Source: "Portrait and Biographical Record - Published 1894 by Excelsior Publishing Co., Chicago" Page 705
Adolph Preussler, Treasurer of the Sheboygan Novelty Company, was born in Schlesing, Germany, February 10, 1847, and
is a son of Ernst and Caroline Preussler, whose sketch is given in connection with that of Robert Preussler. With
his parents young Adolph came to the United States, and was chiefly reared on a farm near Plymouth, this county. In
boyhood his schooling was very limited, but, feeling the supreme need of a better education, he did what few men
ever do—after marriage he betook himself to study, and during two winters that a teacher boarded at his house and
assisted him, he applied himself diligently, becoming as well informed as the teacher in certain branches. The date
of his marriage was May 15, 1869. From this it will be seen that he acquired most of his knowledge from books, after
he was twenty-two years of age.
The lady of his choice was Miss Lena, a daughter of Albert and Lottie (Labudde) Gohr. Mrs. Preussler was born in
Prussia, Germany, December 12, 1852, and in 1858 sailed with her parents from Hamburg to New York, taking over five
weeks to make the voyage. After living two years in Milwaukee, they located on a farm near Plymouth, this county.
Mr. Gohr was a shepherd by occupation in the Fatherland. He died in 1889, at the age of sixty-'five years. His wife,
who has reached the same age, lives in Plymouth. In religious faith, both held that of the Evangelical Church.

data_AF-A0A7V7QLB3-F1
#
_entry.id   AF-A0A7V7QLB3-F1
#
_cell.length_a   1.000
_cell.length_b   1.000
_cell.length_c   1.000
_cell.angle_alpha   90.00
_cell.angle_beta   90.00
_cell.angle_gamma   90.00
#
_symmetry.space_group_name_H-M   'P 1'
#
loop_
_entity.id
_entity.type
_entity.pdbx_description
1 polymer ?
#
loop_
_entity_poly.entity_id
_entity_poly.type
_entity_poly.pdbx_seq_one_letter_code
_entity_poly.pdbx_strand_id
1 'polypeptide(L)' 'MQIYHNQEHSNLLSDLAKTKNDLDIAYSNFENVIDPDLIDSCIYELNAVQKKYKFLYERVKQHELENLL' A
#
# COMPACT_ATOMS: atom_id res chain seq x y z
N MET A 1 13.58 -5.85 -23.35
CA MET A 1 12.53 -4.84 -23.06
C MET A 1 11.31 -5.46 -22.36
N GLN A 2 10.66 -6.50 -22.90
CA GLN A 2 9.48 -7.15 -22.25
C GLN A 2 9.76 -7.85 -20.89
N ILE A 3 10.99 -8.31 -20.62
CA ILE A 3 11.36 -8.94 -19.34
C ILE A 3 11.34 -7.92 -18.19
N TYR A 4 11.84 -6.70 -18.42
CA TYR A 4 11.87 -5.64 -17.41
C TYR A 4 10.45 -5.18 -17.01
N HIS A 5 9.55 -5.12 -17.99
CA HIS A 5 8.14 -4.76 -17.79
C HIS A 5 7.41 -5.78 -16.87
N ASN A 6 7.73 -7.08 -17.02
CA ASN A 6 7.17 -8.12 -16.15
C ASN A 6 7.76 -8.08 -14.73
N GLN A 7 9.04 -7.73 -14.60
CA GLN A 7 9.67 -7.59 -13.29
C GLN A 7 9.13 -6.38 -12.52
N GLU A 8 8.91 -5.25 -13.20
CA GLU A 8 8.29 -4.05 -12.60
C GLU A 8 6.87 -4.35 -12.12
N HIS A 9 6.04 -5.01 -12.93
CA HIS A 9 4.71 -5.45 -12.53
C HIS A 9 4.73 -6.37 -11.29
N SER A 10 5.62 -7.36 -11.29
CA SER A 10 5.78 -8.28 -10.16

Politically, Mr. Gohr was a Republican. Of their nine children, only two live, John, who resides in Plymouth, and
Until 1881 Mr. Preussler continued to farm, but in that year joined his brother Robert in the manufacture of
furniture in Plymouth, and since then their interests have been united. For a fuller account of their business
career, see sketch of Robert Preussler. In 1890 our subject moved to Sheboygan, and assisted in organizing the
Sheboygan Novelty Company, of which he has since been Treasurer.
Mr. Preussler is a Republican in politics, and his wife is a consistent member of the Congregational Church. Their
family consisted of three children. Albert E., who was educated in the Plymouth High School and in the Sheboygan
Business College, is a competent book-keeper. After keeping the books of the Sheboygan Novelty Company two and
a-half years, failing health caused him to leave the office and go on the road as traveling salesman for the same
company. Alfred, the second son and a bright boy, died in his fifteenth year. Robert died in childhood. Mr.
Preussler, like his brother, has naught to thank for his success save an active brain and a pair of willing hands.
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